Following the death of the Queen, Harry and Meghan’s children have become His Royal Highness Prince Archie of Sussex and Her Royal Highness Princess Lilibet of Sussex.
The change is a result of conventions created over a century ago. Under rules set out by George V in 1917, the grandchildren of the monarch automatically receive royal titles.
As grandchildren of King Charles III, Archie and Lilibet now have the right to be prince and princess, whereas they did not immediately qualify as the great-grandchildren of the Queen.
Meghan last year made a damning suggestion that this title might be denied to Archie because of his mixed-race ancestry. In an interview with broadcaster Oprah Winfrey, the Duchess of Sussex said a member of the royal family had expressed “concerns and conversations about how dark his skin might be when he was born.”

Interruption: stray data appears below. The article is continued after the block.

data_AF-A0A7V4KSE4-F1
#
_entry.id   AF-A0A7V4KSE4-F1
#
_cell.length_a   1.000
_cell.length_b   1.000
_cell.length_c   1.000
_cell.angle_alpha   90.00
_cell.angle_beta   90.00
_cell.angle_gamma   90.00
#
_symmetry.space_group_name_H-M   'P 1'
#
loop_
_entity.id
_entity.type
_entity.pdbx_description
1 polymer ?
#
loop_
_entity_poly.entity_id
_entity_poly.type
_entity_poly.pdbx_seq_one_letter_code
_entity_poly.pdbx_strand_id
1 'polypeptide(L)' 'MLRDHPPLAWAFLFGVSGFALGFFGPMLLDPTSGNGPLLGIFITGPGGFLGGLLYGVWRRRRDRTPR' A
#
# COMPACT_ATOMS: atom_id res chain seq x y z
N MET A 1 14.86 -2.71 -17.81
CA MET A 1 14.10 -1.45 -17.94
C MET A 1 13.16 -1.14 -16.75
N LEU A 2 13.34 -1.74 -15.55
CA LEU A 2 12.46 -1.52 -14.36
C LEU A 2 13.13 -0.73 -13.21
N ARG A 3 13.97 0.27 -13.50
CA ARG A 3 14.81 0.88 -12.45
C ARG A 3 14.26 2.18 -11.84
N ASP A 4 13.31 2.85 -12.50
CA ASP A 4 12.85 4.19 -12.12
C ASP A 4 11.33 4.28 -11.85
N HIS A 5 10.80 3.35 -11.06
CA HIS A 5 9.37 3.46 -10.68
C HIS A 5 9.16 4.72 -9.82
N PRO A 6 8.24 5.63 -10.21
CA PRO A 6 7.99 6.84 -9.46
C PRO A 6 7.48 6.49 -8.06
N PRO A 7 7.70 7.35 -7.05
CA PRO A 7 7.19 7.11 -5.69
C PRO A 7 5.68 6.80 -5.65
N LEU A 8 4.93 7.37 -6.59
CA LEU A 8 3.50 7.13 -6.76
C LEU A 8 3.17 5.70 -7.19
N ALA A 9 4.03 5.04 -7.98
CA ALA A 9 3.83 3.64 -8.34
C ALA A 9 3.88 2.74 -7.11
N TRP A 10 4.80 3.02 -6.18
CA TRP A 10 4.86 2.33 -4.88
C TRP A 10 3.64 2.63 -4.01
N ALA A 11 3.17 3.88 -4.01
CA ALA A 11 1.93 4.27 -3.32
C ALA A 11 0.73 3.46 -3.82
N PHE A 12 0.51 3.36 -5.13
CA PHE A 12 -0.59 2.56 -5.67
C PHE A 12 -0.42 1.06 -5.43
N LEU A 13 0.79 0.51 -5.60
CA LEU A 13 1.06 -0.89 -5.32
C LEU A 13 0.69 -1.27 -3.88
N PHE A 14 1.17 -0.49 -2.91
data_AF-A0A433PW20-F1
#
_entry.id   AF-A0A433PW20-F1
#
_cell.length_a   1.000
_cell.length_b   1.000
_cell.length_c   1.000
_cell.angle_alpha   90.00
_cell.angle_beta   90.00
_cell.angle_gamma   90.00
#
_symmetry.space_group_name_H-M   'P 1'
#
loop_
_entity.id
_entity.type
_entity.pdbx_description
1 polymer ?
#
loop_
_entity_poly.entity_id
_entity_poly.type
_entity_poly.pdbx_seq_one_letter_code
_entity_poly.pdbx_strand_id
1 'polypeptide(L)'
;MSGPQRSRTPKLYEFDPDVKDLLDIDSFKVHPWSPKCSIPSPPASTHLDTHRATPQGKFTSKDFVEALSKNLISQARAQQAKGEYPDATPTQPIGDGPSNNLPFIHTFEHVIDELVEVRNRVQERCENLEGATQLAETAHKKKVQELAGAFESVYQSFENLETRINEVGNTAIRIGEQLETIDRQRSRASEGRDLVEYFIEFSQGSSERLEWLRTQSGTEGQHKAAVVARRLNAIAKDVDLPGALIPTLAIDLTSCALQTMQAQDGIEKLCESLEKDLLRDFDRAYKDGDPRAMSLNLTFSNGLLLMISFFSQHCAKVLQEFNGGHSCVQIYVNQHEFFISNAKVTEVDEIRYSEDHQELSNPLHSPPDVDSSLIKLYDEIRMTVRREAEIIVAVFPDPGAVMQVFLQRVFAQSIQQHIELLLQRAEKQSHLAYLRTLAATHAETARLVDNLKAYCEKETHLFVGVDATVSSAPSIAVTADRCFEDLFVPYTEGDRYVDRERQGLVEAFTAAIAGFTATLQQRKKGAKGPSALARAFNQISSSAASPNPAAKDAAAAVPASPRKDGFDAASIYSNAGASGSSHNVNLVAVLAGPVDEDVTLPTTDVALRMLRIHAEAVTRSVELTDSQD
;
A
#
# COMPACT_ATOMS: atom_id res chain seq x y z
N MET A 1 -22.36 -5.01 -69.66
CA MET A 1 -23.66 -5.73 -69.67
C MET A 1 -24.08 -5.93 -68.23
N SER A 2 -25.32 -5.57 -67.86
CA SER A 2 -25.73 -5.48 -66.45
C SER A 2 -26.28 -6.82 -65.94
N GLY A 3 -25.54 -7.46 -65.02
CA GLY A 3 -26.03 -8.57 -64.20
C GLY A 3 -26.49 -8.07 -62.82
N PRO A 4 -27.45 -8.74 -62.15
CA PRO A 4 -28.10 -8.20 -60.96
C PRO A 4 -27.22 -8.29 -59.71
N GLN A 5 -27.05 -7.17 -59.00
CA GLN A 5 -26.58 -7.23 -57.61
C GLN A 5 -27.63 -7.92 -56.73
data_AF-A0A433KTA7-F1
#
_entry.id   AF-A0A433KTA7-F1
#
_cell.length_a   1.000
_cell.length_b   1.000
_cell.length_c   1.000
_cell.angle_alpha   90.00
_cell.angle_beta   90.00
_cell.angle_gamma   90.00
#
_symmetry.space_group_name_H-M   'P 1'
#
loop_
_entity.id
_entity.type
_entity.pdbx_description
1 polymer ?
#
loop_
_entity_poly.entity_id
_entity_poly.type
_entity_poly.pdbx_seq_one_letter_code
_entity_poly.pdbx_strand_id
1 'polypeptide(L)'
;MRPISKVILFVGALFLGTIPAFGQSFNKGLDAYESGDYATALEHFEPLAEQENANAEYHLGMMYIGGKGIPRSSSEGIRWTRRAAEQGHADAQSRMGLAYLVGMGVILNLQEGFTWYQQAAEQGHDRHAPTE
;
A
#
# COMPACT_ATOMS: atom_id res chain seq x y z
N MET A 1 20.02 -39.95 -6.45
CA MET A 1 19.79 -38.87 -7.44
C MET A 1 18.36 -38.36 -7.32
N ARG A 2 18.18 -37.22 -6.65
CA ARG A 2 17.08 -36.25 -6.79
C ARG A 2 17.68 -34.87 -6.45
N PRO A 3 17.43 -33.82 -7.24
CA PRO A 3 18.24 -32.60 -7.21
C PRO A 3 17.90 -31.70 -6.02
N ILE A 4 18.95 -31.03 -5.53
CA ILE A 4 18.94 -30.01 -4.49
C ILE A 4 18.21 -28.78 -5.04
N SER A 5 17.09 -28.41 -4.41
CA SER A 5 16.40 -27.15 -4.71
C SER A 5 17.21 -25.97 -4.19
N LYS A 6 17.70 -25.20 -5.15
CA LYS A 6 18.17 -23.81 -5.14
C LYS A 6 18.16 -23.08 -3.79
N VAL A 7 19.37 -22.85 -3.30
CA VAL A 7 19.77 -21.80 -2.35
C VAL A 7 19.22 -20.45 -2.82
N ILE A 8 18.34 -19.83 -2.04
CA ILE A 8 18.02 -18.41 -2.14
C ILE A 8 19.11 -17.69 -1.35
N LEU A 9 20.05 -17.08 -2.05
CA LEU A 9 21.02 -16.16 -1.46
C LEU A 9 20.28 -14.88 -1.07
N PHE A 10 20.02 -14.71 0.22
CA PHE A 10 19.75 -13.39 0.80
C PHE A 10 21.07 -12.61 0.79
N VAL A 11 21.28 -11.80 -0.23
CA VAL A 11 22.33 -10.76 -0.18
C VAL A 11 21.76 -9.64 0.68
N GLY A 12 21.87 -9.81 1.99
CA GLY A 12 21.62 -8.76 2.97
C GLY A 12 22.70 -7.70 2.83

“That was relayed to me from Harry. Those were conversations that the family had with him,” Meghan added, but declined to reveal who was involved in those conversations. “That would be very damaging to them,” she said.
The duchess said these comments were made at the same time as the couple were told Archie wouldn’t have security or an official title. She said there had also been “conversations” while she was pregnant about the convention being changed once Charles became King, meaning Archie would lose his right to a title.
She insisted to Winfrey that her concern over her son’s right to the title of prince was linked to her desire for him to be given police protection. Lilibet was born after the interview was conducted.